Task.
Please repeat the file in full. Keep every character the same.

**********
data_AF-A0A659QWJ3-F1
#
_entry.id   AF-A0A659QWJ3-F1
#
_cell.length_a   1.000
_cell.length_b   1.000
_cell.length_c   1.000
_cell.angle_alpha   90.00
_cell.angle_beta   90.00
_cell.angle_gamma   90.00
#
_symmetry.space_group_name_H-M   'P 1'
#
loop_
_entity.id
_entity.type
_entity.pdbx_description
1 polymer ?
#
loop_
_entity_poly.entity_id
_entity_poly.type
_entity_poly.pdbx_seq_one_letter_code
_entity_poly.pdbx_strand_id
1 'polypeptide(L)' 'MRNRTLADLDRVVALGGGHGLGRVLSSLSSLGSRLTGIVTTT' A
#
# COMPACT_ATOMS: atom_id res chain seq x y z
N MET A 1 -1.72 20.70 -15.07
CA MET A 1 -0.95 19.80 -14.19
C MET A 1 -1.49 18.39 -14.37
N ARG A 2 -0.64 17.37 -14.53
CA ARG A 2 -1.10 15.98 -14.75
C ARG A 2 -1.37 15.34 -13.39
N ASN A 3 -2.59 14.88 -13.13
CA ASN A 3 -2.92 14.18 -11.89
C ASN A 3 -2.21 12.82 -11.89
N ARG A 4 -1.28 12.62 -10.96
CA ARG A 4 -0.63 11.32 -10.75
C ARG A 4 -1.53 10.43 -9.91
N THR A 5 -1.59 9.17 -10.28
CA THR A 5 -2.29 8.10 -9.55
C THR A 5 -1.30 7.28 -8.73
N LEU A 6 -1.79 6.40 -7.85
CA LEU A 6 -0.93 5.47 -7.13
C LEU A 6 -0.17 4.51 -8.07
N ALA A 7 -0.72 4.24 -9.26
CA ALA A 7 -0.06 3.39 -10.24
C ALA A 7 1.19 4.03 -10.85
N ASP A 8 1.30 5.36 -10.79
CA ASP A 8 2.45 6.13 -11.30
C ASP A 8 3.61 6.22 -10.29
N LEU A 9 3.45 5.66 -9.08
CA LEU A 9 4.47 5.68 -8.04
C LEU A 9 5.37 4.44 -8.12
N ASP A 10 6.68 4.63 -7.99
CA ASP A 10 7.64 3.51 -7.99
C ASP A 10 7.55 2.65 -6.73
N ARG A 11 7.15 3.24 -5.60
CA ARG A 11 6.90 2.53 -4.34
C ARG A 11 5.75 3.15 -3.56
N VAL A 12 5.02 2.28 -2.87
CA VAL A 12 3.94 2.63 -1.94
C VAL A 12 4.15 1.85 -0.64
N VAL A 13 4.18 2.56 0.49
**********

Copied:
data_AF-A0A659QWJ3-F1
#
_entry.id   AF-A0A659QWJ3-F1
#
_cell.length_a   1.000
_cell.length_b   1.000
_cell.length_c   1.000
_cell.angle_alpha   90.00
_cell.angle_beta   90.00
_cell.angle_gamma   90.00
#
_symmetry.space_group_name_H-M   'P 1'
#
loop_
_entity.id
_entity.type
_entity.pdbx_description
1 polymer ?
#
loop_
_entity_poly.entity_id
_entity_poly.type
_entity_poly.pdbx_seq_one_letter_code
_entity_poly.pdbx_strand_id
1 'polypeptide(L)' 'MRNRTLADLDRVVALGGGHGLGRVLSSLSSLGSRLTGIVTTT' A
#
# COMPACT_ATOMS: atom_id res chain seq x y z
N MET A 1 -1.72 20.70 -15.07
CA MET A 1 -0.95 19.80 -14.19
C MET A 1 -1.49 18.39 -14.37
N ARG A 2 -0.64 17.37 -14.53
CA ARG A 2 -1.10 15.98 -14.75
C ARG A 2 -1.37 15.34 -13.39
N ASN A 3 -2.59 14.88 -13.13
CA ASN A 3 -2.92 14.18 -11.89
C ASN A 3 -2.21 12.82 -11.89
N ARG A 4 -1.28 12.62 -10.96
CA ARG A 4 -0.63 11.32 -10.75
C ARG A 4 -1.53 10.43 -9.91
N THR A 5 -1.59 9.17 -10.28
CA THR A 5 -2.29 8.10 -9.55
C THR A 5 -1.30 7.28 -8.73
N LEU A 6 -1.79 6.40 -7.85
CA LEU A 6 -0.93 5.47 -7.13
C LEU A 6 -0.17 4.51 -8.07
N ALA A 7 -0.72 4.24 -9.26
CA ALA A 7 -0.06 3.39 -10.24
C ALA A 7 1.19 4.03 -10.85
N ASP A 8 1.30 5.36 -10.79
CA ASP A 8 2.45 6.13 -11.30
C ASP A 8 3.61 6.22 -10.29
N LEU A 9 3.45 5.66 -9.08
CA LEU A 9 4.47 5.68 -8.04
C LEU A 9 5.37 4.44 -8.12
N ASP A 10 6.68 4.63 -7.99
CA ASP A 10 7.64 3.51 -7.99
C ASP A 10 7.55 2.65 -6.73
N ARG A 11 7.15 3.24 -5.60
CA ARG A 11 6.90 2.53 -4.34
C ARG A 11 5.75 3.15 -3.56
N VAL A 12 5.02 2.28 -2.87
CA VAL A 12 3.94 2.63 -1.94
C VAL A 12 4.15 1.85 -0.64
N VAL A 13 4.18 2.56 0.49